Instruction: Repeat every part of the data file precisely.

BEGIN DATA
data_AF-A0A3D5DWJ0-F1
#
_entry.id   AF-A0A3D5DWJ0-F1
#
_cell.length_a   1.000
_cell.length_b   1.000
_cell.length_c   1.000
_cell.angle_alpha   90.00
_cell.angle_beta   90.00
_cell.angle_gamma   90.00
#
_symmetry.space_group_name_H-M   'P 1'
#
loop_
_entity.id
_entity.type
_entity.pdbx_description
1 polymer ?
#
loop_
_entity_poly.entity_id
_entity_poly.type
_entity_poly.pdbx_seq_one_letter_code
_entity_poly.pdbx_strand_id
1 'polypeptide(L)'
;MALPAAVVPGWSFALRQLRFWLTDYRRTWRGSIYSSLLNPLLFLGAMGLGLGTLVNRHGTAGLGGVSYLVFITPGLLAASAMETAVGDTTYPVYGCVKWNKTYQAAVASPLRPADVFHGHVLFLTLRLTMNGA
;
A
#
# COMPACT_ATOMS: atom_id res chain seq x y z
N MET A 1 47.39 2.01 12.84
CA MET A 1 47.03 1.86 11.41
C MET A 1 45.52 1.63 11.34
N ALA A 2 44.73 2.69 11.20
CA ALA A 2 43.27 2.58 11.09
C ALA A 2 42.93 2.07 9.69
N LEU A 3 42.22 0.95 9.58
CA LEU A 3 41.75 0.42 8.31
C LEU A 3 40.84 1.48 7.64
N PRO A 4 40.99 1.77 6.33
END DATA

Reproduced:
data_AF-A0A3D5DWJ0-F1
#
_entry.id   AF-A0A3D5DWJ0-F1
#
_cell.length_a   1.000
_cell.length_b   1.000
_cell.length_c   1.000
_cell.angle_alpha   90.00
_cell.angle_beta   90.00
_cell.angle_gamma   90.00
#
_symmetry.space_group_name_H-M   'P 1'
#
loop_
_entity.id
_entity.type
_entity.pdbx_description
1 polymer ?
#
loop_
_entity_poly.entity_id
_entity_poly.type
_entity_poly.pdbx_seq_one_letter_code
_entity_poly.pdbx_strand_id
1 'polypeptide(L)'
;MALPAAVVPGWSFALRQLRFWLTDYRRTWRGSIYSSLLNPLLFLGAMGLGLGTLVNRHGTAGLGGVSYLVFITPGLLAASAMETAVGDTTYPVYGCVKWNKTYQAAVASPLRPADVFHGHVLFLTLRLTMNGA
;
A
#
# COMPACT_ATOMS: atom_id res chain seq x y z
N MET A 1 47.39 2.01 12.84
CA MET A 1 47.03 1.86 11.41
C MET A 1 45.52 1.63 11.34
N ALA A 2 44.73 2.69 11.20
CA ALA A 2 43.27 2.58 11.09
C ALA A 2 42.93 2.07 9.69
N LEU A 3 42.22 0.95 9.58
CA LEU A 3 41.75 0.42 8.31
C LEU A 3 40.84 1.48 7.64
N PRO A 4 40.99 1.77 6.33